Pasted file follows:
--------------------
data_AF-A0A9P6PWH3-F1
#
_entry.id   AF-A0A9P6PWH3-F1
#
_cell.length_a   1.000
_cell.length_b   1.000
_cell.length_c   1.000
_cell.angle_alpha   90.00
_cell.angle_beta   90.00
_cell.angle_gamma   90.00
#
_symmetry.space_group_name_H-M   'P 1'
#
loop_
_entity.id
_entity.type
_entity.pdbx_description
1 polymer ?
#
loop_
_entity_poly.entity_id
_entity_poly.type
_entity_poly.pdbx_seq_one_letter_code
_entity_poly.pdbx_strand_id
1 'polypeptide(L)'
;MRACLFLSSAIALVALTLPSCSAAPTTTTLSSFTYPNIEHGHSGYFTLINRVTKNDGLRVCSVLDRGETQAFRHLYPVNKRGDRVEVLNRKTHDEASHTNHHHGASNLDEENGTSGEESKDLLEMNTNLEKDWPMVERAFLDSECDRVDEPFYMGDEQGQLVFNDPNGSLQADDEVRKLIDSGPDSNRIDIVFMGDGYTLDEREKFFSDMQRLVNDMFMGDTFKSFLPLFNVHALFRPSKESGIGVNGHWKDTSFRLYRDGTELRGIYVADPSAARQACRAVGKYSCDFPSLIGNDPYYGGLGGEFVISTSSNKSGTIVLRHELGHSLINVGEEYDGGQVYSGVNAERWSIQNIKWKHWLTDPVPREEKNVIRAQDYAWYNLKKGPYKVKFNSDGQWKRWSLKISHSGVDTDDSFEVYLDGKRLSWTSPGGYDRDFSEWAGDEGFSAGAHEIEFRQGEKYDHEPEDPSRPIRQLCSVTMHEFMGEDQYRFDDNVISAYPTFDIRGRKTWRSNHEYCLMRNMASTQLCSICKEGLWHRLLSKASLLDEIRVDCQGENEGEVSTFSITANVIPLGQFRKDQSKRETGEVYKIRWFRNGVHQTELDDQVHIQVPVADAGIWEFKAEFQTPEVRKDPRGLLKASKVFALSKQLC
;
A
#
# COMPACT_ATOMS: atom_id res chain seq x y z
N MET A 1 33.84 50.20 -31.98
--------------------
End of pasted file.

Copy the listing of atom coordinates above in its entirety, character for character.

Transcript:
data_AF-A0A9P6PWH3-F1
#
_entry.id   AF-A0A9P6PWH3-F1
#
_cell.length_a   1.000
_cell.length_b   1.000
_cell.length_c   1.000
_cell.angle_alpha   90.00
_cell.angle_beta   90.00
_cell.angle_gamma   90.00
#
_symmetry.space_group_name_H-M   'P 1'
#
loop_
_entity.id
_entity.type
_entity.pdbx_description
1 polymer ?
#
loop_
_entity_poly.entity_id
_entity_poly.type
_entity_poly.pdbx_seq_one_letter_code
_entity_poly.pdbx_strand_id
1 'polypeptide(L)'
;MRACLFLSSAIALVALTLPSCSAAPTTTTLSSFTYPNIEHGHSGYFTLINRVTKNDGLRVCSVLDRGETQAFRHLYPVNKRGDRVEVLNRKTHDEASHTNHHHGASNLDEENGTSGEESKDLLEMNTNLEKDWPMVERAFLDSECDRVDEPFYMGDEQGQLVFNDPNGSLQADDEVRKLIDSGPDSNRIDIVFMGDGYTLDEREKFFSDMQRLVNDMFMGDTFKSFLPLFNVHALFRPSKESGIGVNGHWKDTSFRLYRDGTELRGIYVADPSAARQACRAVGKYSCDFPSLIGNDPYYGGLGGEFVISTSSNKSGTIVLRHELGHSLINVGEEYDGGQVYSGVNAERWSIQNIKWKHWLTDPVPREEKNVIRAQDYAWYNLKKGPYKVKFNSDGQWKRWSLKISHSGVDTDDSFEVYLDGKRLSWTSPGGYDRDFSEWAGDEGFSAGAHEIEFRQGEKYDHEPEDPSRPIRQLCSVTMHEFMGEDQYRFDDNVISAYPTFDIRGRKTWRSNHEYCLMRNMASTQLCSICKEGLWHRLLSKASLLDEIRVDCQGENEGEVSTFSITANVIPLGQFRKDQSKRETGEVYKIRWFRNGVHQTELDDQVHIQVPVADAGIWEFKAEFQTPEVRKDPRGLLKASKVFALSKQLC
;
A
#
# COMPACT_ATOMS: atom_id res chain seq x y z
N MET A 1 33.84 50.20 -31.98